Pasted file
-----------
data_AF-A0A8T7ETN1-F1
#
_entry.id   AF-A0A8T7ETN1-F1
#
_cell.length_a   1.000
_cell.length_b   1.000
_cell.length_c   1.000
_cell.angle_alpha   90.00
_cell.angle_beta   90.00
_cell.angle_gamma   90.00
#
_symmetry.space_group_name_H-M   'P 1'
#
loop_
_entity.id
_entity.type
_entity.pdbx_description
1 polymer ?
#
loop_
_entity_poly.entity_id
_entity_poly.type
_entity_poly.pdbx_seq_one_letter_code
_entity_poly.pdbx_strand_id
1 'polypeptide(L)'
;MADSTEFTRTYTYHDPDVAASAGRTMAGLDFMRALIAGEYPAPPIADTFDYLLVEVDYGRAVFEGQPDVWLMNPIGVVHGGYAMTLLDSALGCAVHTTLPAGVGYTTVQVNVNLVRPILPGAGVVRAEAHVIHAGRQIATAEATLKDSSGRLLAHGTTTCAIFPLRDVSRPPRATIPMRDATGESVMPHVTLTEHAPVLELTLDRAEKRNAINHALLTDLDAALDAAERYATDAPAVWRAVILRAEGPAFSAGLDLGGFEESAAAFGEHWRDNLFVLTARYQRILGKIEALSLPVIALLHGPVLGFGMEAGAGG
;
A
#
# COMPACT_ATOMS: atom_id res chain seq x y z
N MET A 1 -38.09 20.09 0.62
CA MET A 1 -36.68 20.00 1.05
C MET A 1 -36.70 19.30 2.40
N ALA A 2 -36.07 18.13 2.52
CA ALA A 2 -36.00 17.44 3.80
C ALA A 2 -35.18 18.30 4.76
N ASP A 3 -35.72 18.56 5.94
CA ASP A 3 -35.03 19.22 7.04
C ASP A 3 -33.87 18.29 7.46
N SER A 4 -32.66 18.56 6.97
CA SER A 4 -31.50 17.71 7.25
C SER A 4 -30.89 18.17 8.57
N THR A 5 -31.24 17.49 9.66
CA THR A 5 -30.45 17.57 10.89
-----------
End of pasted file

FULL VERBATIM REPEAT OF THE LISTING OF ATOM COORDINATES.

data_AF-A0A8T7ETN1-F1
#
_entry.id   AF-A0A8T7ETN1-F1
#
_cell.length_a   1.000
_cell.length_b   1.000
_cell.length_c   1.000
_cell.angle_alpha   90.00
_cell.angle_beta   90.00
_cell.angle_gamma   90.00
#
_symmetry.space_group_name_H-M   'P 1'
#
loop_
_entity.id
_entity.type
_entity.pdbx_description
1 polymer ?
#
loop_
_entity_poly.entity_id
_entity_poly.type
_entity_poly.pdbx_seq_one_letter_code
_entity_poly.pdbx_strand_id
1 'polypeptide(L)'
;MADSTEFTRTYTYHDPDVAASAGRTMAGLDFMRALIAGEYPAPPIADTFDYLLVEVDYGRAVFEGQPDVWLMNPIGVVHGGYAMTLLDSALGCAVHTTLPAGVGYTTVQVNVNLVRPILPGAGVVRAEAHVIHAGRQIATAEATLKDSSGRLLAHGTTTCAIFPLRDVSRPPRATIPMRDATGESVMPHVTLTEHAPVLELTLDRAEKRNAINHALLTDLDAALDAAERYATDAPAVWRAVILRAEGPAFSAGLDLGGFEESAAAFGEHWRDNLFVLTARYQRILGKIEALSLPVIALLHGPVLGFGMEAGAGG
;
A
#
# COMPACT_ATOMS: atom_id res chain seq x y z
N MET A 1 -38.09 20.09 0.62
CA MET A 1 -36.68 20.00 1.05
C MET A 1 -36.70 19.30 2.40
N ALA A 2 -36.07 18.13 2.52
CA ALA A 2 -36.00 17.44 3.80
C ALA A 2 -35.18 18.30 4.76
N ASP A 3 -35.72 18.56 5.94
CA ASP A 3 -35.03 19.22 7.04
C ASP A 3 -33.87 18.29 7.46
N SER A 4 -32.66 18.56 6.97
CA SER A 4 -31.50 17.71 7.25
C SER A 4 -30.89 18.17 8.57
N THR A 5 -31.24 17.49 9.66
CA THR A 5 -30.45 17.57 10.89